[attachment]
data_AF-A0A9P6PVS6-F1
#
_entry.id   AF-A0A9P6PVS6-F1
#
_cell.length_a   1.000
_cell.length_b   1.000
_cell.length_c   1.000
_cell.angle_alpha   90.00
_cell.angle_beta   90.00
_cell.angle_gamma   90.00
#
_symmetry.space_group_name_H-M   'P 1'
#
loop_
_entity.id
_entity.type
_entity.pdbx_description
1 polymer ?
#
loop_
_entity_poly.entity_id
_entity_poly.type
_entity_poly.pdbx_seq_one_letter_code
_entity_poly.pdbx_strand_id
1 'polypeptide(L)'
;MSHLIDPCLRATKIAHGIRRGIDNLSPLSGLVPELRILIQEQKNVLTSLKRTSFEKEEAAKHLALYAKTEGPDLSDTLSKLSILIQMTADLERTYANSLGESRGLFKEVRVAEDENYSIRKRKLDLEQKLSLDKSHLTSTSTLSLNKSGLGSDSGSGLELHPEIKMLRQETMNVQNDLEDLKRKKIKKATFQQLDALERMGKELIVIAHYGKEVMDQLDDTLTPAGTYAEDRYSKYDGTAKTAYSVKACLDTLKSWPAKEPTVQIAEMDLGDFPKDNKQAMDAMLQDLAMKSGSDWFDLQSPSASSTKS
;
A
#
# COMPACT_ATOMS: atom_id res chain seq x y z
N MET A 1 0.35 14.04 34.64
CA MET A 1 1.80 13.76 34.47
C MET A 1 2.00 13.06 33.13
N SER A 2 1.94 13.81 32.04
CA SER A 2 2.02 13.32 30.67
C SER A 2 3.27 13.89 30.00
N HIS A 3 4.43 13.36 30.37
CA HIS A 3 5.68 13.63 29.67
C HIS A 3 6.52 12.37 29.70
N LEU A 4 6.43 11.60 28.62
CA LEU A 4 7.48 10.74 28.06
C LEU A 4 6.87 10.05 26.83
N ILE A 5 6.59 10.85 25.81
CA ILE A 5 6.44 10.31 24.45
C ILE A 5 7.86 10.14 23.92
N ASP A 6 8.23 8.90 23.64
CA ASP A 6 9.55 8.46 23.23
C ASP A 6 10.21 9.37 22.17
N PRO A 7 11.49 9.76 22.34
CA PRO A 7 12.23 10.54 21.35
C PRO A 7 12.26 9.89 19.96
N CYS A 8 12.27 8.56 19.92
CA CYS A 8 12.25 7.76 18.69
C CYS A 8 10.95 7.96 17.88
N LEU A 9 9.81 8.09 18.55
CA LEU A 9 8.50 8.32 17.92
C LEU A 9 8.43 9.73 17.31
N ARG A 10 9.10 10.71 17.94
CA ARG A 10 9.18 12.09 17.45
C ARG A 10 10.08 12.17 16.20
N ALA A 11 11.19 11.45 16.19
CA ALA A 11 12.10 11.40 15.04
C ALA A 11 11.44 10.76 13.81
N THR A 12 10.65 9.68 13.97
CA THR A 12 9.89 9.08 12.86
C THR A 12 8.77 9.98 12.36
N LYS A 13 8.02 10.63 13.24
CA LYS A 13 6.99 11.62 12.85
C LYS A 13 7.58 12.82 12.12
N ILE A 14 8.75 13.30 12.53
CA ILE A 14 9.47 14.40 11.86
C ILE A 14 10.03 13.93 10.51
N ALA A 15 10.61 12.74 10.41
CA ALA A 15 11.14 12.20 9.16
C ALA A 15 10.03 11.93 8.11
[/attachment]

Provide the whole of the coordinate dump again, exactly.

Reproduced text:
data_AF-A0A9P6PVS6-F1
#
_entry.id   AF-A0A9P6PVS6-F1
#
_cell.length_a   1.000
_cell.length_b   1.000
_cell.length_c   1.000
_cell.angle_alpha   90.00
_cell.angle_beta   90.00
_cell.angle_gamma   90.00
#
_symmetry.space_group_name_H-M   'P 1'
#
loop_
_entity.id
_entity.type
_entity.pdbx_description
1 polymer ?
#
loop_
_entity_poly.entity_id
_entity_poly.type
_entity_poly.pdbx_seq_one_letter_code
_entity_poly.pdbx_strand_id
1 'polypeptide(L)'
;MSHLIDPCLRATKIAHGIRRGIDNLSPLSGLVPELRILIQEQKNVLTSLKRTSFEKEEAAKHLALYAKTEGPDLSDTLSKLSILIQMTADLERTYANSLGESRGLFKEVRVAEDENYSIRKRKLDLEQKLSLDKSHLTSTSTLSLNKSGLGSDSGSGLELHPEIKMLRQETMNVQNDLEDLKRKKIKKATFQQLDALERMGKELIVIAHYGKEVMDQLDDTLTPAGTYAEDRYSKYDGTAKTAYSVKACLDTLKSWPAKEPTVQIAEMDLGDFPKDNKQAMDAMLQDLAMKSGSDWFDLQSPSASSTKS
;
A
#
# COMPACT_ATOMS: atom_id res chain seq x y z
N MET A 1 0.35 14.04 34.64
CA MET A 1 1.80 13.76 34.47
C MET A 1 2.00 13.06 33.13
N SER A 2 1.94 13.81 32.04
CA SER A 2 2.02 13.32 30.67
C SER A 2 3.27 13.89 30.00
N HIS A 3 4.43 13.36 30.37
CA HIS A 3 5.68 13.63 29.67
C HIS A 3 6.52 12.37 29.70
N LEU A 4 6.43 11.60 28.62
CA LEU A 4 7.48 10.74 28.06
C LEU A 4 6.87 10.05 26.83
N ILE A 5 6.59 10.85 25.81
CA ILE A 5 6.44 10.31 24.45
C ILE A 5 7.86 10.14 23.92
N ASP A 6 8.23 8.90 23.64
CA ASP A 6 9.55 8.46 23.23
C ASP A 6 10.21 9.37 22.17
N PRO A 7 11.49 9.76 22.34
CA PRO A 7 12.23 10.54 21.35
C PRO A 7 12.26 9.89 19.96
N CYS A 8 12.27 8.56 19.92
CA CYS A 8 12.25 7.76 18.69
C CYS A 8 10.95 7.96 17.88
N LEU A 9 9.81 8.09 18.55
CA LEU A 9 8.50 8.32 17.92
C LEU A 9 8.43 9.73 17.31
N ARG A 10 9.10 10.71 17.94
CA ARG A 10 9.18 12.09 17.45
C ARG A 10 10.08 12.17 16.20
N ALA A 11 11.19 11.45 16.19
CA ALA A 11 12.10 11.40 15.04
C ALA A 11 11.44 10.76 13.81
N THR A 12 10.65 9.68 13.97
CA THR A 12 9.89 9.08 12.86
C THR A 12 8.77 9.98 12.36
N LYS A 13 8.02 10.63 13.24
CA LYS A 13 6.99 11.62 12.85
C LYS A 13 7.58 12.82 12.12
N ILE A 14 8.75 13.30 12.53
CA ILE A 14 9.47 14.40 11.86
C ILE A 14 10.03 13.93 10.51
N ALA A 15 10.61 12.74 10.41
CA ALA A 15 11.14 12.20 9.16
C ALA A 15 10.03 11.93 8.11